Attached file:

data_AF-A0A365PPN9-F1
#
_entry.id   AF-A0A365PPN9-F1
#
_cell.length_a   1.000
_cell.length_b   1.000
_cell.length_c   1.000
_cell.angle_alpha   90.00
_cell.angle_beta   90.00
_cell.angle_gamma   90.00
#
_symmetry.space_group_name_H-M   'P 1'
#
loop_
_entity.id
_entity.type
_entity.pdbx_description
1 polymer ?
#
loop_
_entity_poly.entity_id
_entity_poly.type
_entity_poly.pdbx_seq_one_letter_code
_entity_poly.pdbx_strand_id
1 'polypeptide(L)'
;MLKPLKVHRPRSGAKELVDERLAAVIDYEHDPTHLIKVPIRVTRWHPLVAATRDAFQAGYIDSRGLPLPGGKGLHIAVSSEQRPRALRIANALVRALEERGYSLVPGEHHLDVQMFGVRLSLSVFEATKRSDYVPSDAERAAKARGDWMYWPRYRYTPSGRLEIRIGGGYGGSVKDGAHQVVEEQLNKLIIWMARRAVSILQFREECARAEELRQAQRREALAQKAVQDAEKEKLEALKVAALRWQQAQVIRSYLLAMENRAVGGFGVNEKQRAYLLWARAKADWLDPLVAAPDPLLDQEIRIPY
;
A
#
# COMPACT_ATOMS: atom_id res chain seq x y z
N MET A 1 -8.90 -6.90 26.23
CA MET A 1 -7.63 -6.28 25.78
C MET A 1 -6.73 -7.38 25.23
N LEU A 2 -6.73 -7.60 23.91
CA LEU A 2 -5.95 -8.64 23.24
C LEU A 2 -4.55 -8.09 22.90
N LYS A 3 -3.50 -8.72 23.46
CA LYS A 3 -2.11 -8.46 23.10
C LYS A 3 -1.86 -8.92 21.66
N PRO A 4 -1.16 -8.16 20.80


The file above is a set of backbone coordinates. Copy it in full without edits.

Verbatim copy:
data_AF-A0A365PPN9-F1
#
_entry.id   AF-A0A365PPN9-F1
#
_cell.length_a   1.000
_cell.length_b   1.000
_cell.length_c   1.000
_cell.angle_alpha   90.00
_cell.angle_beta   90.00
_cell.angle_gamma   90.00
#
_symmetry.space_group_name_H-M   'P 1'
#
loop_
_entity.id
_entity.type
_entity.pdbx_description
1 polymer ?
#
loop_
_entity_poly.entity_id
_entity_poly.type
_entity_poly.pdbx_seq_one_letter_code
_entity_poly.pdbx_strand_id
1 'polypeptide(L)'
;MLKPLKVHRPRSGAKELVDERLAAVIDYEHDPTHLIKVPIRVTRWHPLVAATRDAFQAGYIDSRGLPLPGGKGLHIAVSSEQRPRALRIANALVRALEERGYSLVPGEHHLDVQMFGVRLSLSVFEATKRSDYVPSDAERAAKARGDWMYWPRYRYTPSGRLEIRIGGGYGGSVKDGAHQVVEEQLNKLIIWMARRAVSILQFREECARAEELRQAQRREALAQKAVQDAEKEKLEALKVAALRWQQAQVIRSYLLAMENRAVGGFGVNEKQRAYLLWARAKADWLDPLVAAPDPLLDQEIRIPY
;
A
#
# COMPACT_ATOMS: atom_id res chain seq x y z
N MET A 1 -8.90 -6.90 26.23
CA MET A 1 -7.63 -6.28 25.78
C MET A 1 -6.73 -7.38 25.23
N LEU A 2 -6.73 -7.60 23.91
CA LEU A 2 -5.95 -8.64 23.24
C LEU A 2 -4.55 -8.09 22.90
N LYS A 3 -3.50 -8.72 23.46
CA LYS A 3 -2.11 -8.46 23.10
C LYS A 3 -1.86 -8.92 21.66
N PRO A 4 -1.16 -8.16 20.80